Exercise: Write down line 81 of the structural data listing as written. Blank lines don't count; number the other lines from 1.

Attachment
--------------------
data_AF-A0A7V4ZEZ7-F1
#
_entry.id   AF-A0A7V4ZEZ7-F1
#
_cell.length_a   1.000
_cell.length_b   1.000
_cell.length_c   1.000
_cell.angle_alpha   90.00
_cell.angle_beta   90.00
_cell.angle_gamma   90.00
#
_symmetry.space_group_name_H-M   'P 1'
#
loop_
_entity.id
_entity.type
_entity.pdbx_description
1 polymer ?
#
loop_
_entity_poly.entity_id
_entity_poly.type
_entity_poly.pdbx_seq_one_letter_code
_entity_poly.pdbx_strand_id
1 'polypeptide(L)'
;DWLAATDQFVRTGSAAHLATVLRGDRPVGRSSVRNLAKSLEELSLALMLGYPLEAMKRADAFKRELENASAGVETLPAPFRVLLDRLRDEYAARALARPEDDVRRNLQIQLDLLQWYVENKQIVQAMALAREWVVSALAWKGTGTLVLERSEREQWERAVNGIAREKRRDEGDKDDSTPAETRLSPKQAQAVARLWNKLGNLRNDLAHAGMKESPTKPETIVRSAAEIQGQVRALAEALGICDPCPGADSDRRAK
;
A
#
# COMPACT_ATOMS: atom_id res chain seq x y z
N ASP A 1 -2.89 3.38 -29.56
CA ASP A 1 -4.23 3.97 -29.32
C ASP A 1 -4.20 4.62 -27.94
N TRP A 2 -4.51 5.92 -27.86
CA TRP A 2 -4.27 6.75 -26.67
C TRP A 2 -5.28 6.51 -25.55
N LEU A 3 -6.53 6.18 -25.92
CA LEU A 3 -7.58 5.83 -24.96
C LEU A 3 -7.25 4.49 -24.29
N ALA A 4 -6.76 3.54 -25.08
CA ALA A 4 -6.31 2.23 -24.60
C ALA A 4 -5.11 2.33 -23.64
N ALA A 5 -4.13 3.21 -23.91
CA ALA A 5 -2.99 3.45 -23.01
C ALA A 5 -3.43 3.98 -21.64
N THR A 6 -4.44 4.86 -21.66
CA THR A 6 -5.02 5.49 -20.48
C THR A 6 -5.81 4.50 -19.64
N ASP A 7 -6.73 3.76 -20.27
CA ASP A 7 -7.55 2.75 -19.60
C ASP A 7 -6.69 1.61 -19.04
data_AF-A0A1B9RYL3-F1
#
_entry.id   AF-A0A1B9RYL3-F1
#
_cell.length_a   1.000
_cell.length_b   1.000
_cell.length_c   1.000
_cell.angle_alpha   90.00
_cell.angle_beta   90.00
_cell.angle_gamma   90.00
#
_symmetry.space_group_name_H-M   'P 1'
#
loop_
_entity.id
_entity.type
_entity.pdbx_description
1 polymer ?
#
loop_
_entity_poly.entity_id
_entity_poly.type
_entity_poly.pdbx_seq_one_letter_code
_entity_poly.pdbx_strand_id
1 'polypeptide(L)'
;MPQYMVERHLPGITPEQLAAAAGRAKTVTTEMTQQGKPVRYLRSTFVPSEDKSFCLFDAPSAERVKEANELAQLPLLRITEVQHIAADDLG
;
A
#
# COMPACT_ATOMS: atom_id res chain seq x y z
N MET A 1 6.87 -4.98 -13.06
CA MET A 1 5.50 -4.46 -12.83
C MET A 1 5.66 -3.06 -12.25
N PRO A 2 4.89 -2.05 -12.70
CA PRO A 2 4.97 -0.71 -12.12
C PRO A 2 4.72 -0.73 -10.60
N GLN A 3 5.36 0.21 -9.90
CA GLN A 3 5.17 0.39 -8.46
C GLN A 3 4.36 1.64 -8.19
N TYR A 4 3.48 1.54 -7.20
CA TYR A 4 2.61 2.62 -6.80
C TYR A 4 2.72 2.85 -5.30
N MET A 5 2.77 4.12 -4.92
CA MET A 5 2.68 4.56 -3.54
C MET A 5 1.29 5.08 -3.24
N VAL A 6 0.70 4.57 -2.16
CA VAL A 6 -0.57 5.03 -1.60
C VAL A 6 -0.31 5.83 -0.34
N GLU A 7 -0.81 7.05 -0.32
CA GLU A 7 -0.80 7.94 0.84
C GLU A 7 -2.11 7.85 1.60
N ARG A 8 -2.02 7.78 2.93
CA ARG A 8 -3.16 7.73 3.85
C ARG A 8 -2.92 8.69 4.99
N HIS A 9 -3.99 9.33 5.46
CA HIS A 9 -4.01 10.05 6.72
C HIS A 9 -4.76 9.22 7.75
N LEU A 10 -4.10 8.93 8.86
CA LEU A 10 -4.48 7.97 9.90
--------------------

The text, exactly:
# COMPACT_ATOMS: atom_id res chain seq x y z